The Late Ottoman Empire and Egypt: Hybridity, Law and Gender (Hardback) book cover

The Late Ottoman Empire and Egypt

Hybridity, Law and Gender

By Elizabeth H Shlala

© 2018 – Routledge

152 pages

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Hardback: 9781138714151
pub: 2017-08-02
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Description

Law and identification transgressed political boundaries in the nineteenth-century Levant. Over the course of the century, Italo-Levantines- elite and common- exercised a strategy of resilient hybridity whereby an unintentional form of legal imperialism took root in Egypt.  

This book contributes to a vibrant strand of global legal history that places law and other social structures at the heart of competing imperial projects- British, Ottoman, Egyptian, and Italian among them. Analysis of the Italian consular and mixed court cases, and diplomatic records, in Egypt and Istanbul reveals the complexity of shifting identifications and judicial reform in two parts of the interactive and competitive plural legal regime. The rich court records show that binary relational categories fail to capture the complexity of the daily lives of the residents and courts of the late Ottoman empire. Over time and acting in their own self-interests, these actors exploited the plural legal regime. Case studies in both Egypt and Istanbul explore how identification developed as a legal form of property itself.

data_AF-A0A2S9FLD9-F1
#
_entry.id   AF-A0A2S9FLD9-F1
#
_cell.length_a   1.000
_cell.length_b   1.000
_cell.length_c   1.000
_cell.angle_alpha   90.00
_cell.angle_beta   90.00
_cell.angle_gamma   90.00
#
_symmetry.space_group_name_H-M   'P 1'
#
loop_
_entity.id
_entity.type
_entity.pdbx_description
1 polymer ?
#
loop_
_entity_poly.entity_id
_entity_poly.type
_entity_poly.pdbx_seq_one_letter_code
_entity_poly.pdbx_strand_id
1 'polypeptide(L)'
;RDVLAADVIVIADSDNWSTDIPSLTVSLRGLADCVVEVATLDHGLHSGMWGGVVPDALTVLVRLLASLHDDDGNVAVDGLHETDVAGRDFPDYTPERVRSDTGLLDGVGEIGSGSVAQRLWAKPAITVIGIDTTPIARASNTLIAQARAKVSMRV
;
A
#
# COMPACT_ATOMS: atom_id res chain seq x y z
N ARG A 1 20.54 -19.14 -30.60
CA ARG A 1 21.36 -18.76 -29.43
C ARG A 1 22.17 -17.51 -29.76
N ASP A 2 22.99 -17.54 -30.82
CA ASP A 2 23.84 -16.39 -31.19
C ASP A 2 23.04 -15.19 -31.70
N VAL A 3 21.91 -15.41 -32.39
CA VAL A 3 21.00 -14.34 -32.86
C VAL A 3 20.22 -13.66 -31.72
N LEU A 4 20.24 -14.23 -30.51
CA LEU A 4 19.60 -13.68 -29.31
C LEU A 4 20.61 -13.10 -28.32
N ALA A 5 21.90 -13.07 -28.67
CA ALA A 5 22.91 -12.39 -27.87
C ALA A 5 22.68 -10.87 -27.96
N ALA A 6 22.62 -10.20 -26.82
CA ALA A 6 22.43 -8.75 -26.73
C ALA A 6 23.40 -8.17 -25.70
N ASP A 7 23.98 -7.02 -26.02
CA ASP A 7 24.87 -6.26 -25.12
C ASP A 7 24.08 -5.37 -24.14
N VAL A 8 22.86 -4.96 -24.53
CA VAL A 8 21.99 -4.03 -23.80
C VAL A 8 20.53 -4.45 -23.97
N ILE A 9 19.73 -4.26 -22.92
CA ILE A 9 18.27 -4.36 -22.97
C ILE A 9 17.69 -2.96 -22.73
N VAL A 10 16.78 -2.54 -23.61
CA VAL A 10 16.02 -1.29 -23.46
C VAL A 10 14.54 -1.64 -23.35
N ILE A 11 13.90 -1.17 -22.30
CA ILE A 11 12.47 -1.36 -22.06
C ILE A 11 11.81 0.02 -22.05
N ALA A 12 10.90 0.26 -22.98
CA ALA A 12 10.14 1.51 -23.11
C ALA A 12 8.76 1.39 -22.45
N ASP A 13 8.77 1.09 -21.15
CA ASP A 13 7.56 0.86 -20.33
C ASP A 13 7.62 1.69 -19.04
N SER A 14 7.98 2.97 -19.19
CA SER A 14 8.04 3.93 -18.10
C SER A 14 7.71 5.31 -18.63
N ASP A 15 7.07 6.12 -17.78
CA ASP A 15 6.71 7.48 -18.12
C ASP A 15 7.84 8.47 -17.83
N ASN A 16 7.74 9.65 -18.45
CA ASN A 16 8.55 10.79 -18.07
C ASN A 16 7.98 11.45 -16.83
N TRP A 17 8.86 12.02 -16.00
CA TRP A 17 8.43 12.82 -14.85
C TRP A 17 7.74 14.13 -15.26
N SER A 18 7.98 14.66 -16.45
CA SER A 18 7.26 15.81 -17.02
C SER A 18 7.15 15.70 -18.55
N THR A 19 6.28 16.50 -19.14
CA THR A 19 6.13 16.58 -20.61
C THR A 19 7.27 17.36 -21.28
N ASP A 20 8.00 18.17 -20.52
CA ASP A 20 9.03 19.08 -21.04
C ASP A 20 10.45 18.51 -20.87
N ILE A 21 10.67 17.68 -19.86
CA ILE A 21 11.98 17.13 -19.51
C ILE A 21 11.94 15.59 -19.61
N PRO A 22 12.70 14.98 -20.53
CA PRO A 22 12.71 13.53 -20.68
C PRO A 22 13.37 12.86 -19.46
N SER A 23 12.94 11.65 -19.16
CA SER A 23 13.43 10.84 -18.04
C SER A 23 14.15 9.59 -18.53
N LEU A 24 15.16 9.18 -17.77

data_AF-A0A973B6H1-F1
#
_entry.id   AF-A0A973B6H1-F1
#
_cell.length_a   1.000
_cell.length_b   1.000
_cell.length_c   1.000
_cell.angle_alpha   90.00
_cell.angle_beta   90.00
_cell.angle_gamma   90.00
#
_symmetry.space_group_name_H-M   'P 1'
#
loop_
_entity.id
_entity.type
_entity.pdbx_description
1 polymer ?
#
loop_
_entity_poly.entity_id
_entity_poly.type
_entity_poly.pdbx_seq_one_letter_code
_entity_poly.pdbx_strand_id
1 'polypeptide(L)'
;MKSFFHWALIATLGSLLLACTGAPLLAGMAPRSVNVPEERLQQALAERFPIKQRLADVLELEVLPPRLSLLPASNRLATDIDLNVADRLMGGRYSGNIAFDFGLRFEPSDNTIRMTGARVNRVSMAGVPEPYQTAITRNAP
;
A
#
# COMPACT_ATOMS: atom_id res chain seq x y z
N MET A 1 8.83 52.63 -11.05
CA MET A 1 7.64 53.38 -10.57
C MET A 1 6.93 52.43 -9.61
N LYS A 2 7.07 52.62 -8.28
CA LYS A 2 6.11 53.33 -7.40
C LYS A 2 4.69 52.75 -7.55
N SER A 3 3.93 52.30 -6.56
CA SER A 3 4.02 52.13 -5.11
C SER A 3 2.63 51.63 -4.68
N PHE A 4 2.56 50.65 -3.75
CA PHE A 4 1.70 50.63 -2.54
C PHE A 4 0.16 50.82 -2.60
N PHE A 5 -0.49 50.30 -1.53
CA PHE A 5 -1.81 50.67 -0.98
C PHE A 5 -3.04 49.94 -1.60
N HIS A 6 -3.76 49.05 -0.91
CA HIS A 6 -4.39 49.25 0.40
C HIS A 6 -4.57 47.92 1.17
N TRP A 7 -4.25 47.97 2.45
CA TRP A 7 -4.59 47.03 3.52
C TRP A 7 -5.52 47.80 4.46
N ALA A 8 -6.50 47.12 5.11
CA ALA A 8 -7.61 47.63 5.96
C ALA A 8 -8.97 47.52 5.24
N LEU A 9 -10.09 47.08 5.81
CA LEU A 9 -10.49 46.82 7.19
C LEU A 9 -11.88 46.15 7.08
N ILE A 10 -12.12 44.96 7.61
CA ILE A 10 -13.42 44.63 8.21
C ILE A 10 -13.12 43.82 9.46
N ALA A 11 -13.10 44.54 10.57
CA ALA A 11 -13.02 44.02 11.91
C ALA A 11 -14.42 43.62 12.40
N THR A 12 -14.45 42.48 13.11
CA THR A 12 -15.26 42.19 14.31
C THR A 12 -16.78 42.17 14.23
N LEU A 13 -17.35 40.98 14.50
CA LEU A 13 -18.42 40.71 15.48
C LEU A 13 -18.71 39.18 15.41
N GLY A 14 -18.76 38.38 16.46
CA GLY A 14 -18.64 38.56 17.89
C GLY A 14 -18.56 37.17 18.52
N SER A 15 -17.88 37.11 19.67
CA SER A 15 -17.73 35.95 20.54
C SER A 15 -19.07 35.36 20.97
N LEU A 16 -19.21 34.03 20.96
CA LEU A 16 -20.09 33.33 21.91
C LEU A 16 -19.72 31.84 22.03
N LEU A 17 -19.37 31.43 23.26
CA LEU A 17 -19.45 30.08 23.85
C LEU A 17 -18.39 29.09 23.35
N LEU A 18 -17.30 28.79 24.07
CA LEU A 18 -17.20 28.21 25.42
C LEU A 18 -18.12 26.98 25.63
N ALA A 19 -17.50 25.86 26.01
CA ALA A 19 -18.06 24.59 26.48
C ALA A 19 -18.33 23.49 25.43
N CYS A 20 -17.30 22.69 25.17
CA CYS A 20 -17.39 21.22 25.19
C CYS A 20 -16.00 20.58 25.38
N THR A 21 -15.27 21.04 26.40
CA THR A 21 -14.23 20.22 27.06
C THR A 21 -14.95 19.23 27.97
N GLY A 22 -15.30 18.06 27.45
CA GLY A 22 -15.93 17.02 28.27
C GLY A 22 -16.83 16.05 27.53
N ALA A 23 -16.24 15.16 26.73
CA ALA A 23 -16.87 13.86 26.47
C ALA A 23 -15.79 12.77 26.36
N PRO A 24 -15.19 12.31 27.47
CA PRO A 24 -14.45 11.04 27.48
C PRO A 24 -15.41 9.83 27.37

Whereas the classical literature emphasized external state power politics, this book builds upon new work in the field that shows the interaction of external and internal power struggles throughout the region led to assorted forms of confrontation, collaboration, and negotiation in the region. It will be of interest to students, scholars, and readers of Middle East, Ottoman, and Mediterranean history. It will also appeal to anyone wanting to know more about cultural history in the nineteenth century, and the historical roots of contemporary global debates on law, migration, and identities. 

Table of Contents

1. 'Levant' and Levantines

2. The De Rossetti Affair

3. 'Remind Him of His Responsibilities': The Consular Era and the Mixed Courts of Egypt

4. From Italo-Levantine Subjects to 'Mixed' Nationals and Italians Abroad

5. Contested Debt, Constructed Identification, and Gendered Legal Strategies in Istanbul

Conclusion and Epilogue

About the Author

Elizabeth H. Shlala is a fellow at Harvard University. Her work explores the nexus of modern migration and law in the Middle East. Her main research areas are two-fold: legal imperialism and colonial hybridity in the late Ottoman period and the social and economic impact of contemporary global migration.

About the Series

SOAS/Routledge Studies on the Middle East

This series features the latest disciplinary approaches to Middle Eastern Studies. It covers the Social Sciences and the Humanities in both the pre-modern and modern periods of the region. While primarily interested in publishing single-authored studies, the series is also open to edited volumes on innovative topics, as well as textbooks and reference works.

Learn more…

Subject Categories

BISAC Subject Codes/Headings:
HIS055000
HISTORY / Middle East / Turkey & Ottoman Empire
SOC053000
SOCIAL SCIENCE / Regional Studies